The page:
To the extent the Union's exception that the Agency failed to counsel the grievant could be viewed as a claim that the Arbitrator misinterpreted the portion of the parties' agreement that requires counseling, we construe it as an essence claim.

      In order for an award to be found deficient as failing to draw its essence from the collective bargaining agreement, it must be established that the award: (1) cannot in any rational way be derived from the agreement; (2) is so unfounded in reason and fact and so unconnected with the wording and purposes of the collective bargaining agreement as to manifest an infidelity to the obligation of the arbitrator; (3) does not represent a plausible interpretation of the agreement; or (4) evidences a manifest disregard of the agreement. See United States Dep't of Labor (OSHA), 34 FLRA 573, 575 (1990).

      The Union asserts that the Agency failed to comply with the portion of the parties' agreement that requires counseling because the grievant was not "counseled by trained personnel as to [her] right to file for compensation benefits and the benefits payable." Exceptions at 2. [n6]  However, in making that argument, the Union does not dispute the Arbitrator's findings that the grievant "received the CA-1 form from" her supervisor, the supervisor was "available to help [the grievant] [ v60 p776 ] fill out the CA-1 form[,]" and the supervisor "encouraged [the grievant] to fill out the CA-1 and to see a doctor." Award at 8. Additionally, the Union does not dispute the Arbitrator's finding that there was no "specific discussion about COP" because the grievant "told [her supervisor] that her shoulder `was better' and that she would not be filling out the CA-1 form." Id. Contrary to the Union's claim, the record establishes that the supervisor provided adequate counseling to the grievant inasmuch as the supervisor gave her the requisite form to complete, encouraged her to complete the form and seek medical attention, and was available to assist the grievant in filling out the form. See id. As such, the Union's exception fails to establish that the award is irrational, implausible, or otherwise deficient under the standard set forth above. [n7]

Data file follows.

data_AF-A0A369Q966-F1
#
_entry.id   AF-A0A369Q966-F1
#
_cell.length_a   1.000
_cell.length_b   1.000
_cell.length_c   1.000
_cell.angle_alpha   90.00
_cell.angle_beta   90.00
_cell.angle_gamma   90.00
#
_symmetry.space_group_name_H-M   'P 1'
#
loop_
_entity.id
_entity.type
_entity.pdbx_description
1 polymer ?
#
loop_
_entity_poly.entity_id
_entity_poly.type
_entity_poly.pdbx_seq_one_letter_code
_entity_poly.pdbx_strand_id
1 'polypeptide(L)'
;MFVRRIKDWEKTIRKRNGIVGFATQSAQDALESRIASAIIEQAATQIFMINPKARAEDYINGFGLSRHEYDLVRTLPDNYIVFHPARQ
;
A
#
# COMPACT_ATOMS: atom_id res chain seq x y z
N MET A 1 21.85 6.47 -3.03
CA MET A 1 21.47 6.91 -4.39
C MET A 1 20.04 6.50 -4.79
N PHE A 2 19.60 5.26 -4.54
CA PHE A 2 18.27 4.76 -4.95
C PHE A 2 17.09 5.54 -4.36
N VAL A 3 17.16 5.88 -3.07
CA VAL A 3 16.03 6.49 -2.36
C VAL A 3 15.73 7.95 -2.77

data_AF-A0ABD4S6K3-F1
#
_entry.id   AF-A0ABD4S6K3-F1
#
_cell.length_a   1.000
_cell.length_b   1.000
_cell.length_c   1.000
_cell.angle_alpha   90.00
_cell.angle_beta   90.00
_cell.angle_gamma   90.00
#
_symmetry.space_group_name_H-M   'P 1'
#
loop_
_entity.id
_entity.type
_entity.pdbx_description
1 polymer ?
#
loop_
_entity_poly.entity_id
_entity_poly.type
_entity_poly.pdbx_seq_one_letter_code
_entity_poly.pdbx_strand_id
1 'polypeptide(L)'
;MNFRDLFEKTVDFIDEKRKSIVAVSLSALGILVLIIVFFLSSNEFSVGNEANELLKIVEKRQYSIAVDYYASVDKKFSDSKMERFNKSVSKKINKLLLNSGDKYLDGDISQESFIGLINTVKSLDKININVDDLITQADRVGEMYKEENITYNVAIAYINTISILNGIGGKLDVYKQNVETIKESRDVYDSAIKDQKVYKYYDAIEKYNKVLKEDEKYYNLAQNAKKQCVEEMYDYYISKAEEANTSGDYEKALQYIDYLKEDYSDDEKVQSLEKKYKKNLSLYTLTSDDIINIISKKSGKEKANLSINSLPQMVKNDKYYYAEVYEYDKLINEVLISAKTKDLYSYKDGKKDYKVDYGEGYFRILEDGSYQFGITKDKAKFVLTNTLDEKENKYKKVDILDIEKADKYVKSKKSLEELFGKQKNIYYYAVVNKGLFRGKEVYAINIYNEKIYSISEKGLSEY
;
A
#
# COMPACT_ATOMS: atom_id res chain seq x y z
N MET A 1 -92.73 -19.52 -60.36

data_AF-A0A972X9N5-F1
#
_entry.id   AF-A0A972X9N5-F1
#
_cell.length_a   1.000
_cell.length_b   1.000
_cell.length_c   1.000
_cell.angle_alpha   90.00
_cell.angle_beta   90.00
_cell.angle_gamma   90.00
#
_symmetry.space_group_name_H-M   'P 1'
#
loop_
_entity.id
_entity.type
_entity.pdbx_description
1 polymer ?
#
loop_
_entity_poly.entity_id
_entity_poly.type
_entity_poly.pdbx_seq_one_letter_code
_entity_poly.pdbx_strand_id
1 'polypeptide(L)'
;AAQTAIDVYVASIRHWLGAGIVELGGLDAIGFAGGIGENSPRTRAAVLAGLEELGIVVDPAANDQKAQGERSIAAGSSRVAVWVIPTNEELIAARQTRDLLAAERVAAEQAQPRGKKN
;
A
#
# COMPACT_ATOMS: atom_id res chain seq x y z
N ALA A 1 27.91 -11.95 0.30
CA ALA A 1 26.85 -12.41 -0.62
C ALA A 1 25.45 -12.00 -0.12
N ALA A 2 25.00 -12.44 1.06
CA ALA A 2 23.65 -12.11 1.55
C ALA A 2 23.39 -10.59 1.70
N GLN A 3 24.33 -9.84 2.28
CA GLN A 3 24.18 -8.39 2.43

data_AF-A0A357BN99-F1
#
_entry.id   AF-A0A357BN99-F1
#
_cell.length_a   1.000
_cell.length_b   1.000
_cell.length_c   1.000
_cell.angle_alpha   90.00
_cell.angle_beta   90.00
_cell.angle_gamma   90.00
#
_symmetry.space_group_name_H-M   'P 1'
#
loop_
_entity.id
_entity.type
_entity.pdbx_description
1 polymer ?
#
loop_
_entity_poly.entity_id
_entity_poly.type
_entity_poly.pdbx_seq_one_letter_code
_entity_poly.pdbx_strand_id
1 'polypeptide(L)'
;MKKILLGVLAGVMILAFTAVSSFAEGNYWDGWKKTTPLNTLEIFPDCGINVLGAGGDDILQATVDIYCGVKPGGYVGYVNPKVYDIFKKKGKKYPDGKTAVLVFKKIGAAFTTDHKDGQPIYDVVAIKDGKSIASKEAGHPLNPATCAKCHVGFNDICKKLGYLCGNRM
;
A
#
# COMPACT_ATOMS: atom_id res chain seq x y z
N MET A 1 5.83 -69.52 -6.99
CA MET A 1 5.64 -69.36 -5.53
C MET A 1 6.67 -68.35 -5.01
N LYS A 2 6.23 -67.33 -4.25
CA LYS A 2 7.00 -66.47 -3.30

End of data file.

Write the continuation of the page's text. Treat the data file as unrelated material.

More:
Accordingly, we deny the Union's exception.

C.      The Arbitrator did not exceed his authority.

      Where, as here, the parties fail to stipulate the issue, the arbitrator may formulate the issue on the basis of the subject matter of the grievance. See United States Dep't of Def., Educ. Activity, Arlington, Va., 56 FLRA 887, 891 (2000). The Authority accords substantial deference to the arbitrator's framing of the issue. See United States Dep't of the Army, Corps of Engineers, Memphis Dist., Memphis, Tenn., 52 FLRA 920, 924 (1997). Here, the Arbitrator framed the issue as whether "the Agency violate[d] the [parties' a]greement" and found that it had not. Award at 3.

      To the extent the Union's remaining claims can be viewed as challenging the Arbitrator's failure to find that the Agency violated either 5 C.F.R. § 10.211 or 5 C.F.R. § 630.202, we construe these exceptions as claims that the Arbitrator exceeded his authority by failing to resolve issues submitted to arbitration. [n8] 

      Arbitrators exceed their authority by failing to resolve an issue submitted to arbitration, resolving an issue not submitted to arbitration, disregarding specific limitations on their authority, or awarding relief to persons who are not encompassed by the grievance. See United States Dep't of Def., Army & Air Force Exch. Serv. 51 FLRA 1371, 1378 (1996).